And he is. He first picks up a Mazda B2200, which he can’t drive because it is a manual, so he asks me to collect it for him. It is rusted beyond belief, but John is determined to bring it back to life. One giant tin of Bondo later, it goes to the scrapper. He then finds an S13 240SX, which meets a similar fate.
Eventually, he finds himself behind the wheel of a 1984 Pontiac Fiero. It runs and drives, although every few days the starter needs to be tapped with a hammer to get it going. He installs a subwoofer behind the passenger’s seat, meaning I regularly get my internal organs rearranged. It’s not fast by any means, but that doesn’t stop John from believing it is fast, and driving accordingly. We discover that there are few things that sound as bad as a tired, 110bhp Iron Duke at 5000rpm bellowing out of a four-inch exhaust tip. Eventually, he lands a job that requires a reliable commuter, and buys a succession of Ford Tempos, which he proves over and over again to be virtually indestructible.
Another friend is into the big cars. We all are, to be honest, but he is the one who finally puts his money where his mouth is, and picks up a mid-90s Ford Crown Victoria for $800. Aside from a sagging headliner and a bit of rust, it is smooth, quiet, and supremely comfortable, and demonstrates how incredibly satisfying a properly wafty car is on North American roads. He ends up driving it 4200km across the country without a single issue.
My younger brother has now saved up enough money to buy his first car, and picks up a 1991 Saturn SL from a friend of the family. It is disgusting inside, and takes us a good week to clean it. Within six months, rust claims the exhaust and it falls off, so we head to Canadian Tire again, buy some pipe and a Cherry Bomb, and slap together a custom side-exit exhaust. It sounds as bad as you think, and the neighbours now hate us.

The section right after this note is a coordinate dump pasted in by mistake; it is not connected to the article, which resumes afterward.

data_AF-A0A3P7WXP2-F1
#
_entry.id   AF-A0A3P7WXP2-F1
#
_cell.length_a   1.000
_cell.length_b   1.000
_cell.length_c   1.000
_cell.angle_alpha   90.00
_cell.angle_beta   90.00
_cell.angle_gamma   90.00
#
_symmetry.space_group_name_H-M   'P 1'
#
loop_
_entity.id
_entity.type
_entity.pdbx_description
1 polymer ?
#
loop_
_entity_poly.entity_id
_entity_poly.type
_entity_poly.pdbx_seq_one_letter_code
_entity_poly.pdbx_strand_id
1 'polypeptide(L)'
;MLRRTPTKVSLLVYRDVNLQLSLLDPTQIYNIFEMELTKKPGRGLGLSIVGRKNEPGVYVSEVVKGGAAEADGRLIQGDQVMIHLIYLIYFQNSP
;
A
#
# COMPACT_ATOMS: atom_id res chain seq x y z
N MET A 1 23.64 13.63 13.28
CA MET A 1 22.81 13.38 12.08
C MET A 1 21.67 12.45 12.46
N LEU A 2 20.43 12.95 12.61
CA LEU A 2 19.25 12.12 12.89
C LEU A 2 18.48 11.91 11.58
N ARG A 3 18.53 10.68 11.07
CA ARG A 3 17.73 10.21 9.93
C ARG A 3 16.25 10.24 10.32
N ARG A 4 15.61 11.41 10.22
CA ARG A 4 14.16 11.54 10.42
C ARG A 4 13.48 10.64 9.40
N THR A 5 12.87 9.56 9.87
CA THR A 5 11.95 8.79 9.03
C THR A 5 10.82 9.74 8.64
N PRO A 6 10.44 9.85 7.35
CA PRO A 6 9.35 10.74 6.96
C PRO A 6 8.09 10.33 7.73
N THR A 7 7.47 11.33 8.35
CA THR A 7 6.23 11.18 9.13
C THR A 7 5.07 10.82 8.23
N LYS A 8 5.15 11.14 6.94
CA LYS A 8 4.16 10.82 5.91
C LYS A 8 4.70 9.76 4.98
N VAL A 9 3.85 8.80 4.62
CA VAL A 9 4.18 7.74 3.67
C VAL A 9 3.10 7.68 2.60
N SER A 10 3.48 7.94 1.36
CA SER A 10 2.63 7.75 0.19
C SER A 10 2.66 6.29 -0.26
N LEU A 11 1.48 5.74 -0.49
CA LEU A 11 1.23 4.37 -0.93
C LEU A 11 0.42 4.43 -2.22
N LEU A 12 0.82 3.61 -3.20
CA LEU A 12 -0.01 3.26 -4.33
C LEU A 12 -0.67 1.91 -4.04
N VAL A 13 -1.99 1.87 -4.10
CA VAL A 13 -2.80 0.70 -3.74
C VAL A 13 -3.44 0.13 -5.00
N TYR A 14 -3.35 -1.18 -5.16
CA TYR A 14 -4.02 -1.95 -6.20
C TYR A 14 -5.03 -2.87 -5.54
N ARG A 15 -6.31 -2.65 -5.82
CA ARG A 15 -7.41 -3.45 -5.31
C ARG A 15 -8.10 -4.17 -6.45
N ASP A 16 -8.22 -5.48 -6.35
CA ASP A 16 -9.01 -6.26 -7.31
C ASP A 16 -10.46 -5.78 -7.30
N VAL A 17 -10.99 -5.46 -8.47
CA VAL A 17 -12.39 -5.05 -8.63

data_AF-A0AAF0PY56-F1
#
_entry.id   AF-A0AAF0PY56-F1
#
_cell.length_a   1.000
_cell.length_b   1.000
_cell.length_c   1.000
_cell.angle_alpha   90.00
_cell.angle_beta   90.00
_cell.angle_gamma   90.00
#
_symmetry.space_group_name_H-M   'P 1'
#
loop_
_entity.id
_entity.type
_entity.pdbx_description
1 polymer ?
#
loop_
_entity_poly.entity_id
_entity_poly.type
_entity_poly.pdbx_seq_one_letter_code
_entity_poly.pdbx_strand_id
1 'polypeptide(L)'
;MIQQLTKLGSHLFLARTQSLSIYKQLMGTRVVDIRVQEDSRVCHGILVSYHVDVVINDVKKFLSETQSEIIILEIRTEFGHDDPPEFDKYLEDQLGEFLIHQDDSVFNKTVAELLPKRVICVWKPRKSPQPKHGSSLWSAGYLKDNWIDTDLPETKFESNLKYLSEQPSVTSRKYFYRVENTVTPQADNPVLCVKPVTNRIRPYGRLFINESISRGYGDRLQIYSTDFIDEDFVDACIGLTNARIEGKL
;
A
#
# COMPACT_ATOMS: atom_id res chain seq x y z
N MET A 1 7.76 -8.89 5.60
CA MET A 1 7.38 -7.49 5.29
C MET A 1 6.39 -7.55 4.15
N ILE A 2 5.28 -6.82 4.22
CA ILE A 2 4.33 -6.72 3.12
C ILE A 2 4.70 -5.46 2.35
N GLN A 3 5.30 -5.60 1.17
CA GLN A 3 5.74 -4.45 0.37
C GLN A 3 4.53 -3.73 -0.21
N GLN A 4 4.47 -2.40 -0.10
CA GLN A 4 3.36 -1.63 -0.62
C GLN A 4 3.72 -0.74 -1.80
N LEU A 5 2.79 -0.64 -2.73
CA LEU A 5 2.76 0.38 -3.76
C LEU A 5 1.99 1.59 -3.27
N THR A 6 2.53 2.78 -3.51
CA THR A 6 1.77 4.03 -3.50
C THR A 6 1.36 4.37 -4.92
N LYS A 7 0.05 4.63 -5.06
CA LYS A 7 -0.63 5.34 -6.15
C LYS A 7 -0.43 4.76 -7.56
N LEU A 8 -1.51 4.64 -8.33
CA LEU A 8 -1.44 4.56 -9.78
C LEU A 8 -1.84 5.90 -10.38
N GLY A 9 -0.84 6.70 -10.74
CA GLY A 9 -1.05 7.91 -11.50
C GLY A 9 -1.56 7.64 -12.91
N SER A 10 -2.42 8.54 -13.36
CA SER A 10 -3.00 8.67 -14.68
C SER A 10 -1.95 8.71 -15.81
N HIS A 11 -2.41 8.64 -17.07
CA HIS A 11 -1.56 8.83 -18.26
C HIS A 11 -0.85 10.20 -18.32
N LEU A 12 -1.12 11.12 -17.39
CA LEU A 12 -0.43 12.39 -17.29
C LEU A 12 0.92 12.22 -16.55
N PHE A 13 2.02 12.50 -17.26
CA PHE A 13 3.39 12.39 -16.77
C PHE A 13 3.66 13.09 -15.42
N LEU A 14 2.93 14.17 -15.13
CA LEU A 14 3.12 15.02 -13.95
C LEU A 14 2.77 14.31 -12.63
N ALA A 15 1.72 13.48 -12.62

I’ve got a friend who lives a good distance away, and because his parents come from the ‘old cars are unreliable’ school, they want him to have a newer car, and find him a later-model Chevy Cavalier. With the 140bhp Ecotec and manual gearbox, it shreds tyres with ease. He plants his right foot from day one, and I don’t think he ever lifts. Being from the worst era of GM build quality, interior bits are falling off within a year, but the powertrain proves to be surprisingly robust.
Finally, I’ve got a few acquaintances at school with some much nicer cars, including a V8-swapped S10 and a Skylark with a 455, but given that they work similar jobs to me, funding for these projects clearly comes from dubious sources. They exit the school car park every day in convoy, each leaving significant amounts of rubber behind.
We all know how easy it is to romanticise the cars of our youth, but there are a lot of good memories wrapped up here. That first car experience opens up the world of cars in a whole new way, and certainly in my case, it was these years that got me hooked on the idea of running older cars, and maintaining and tinkering with them in my own driveway. Really, it is because of what you see above that I am writing this for N2G today.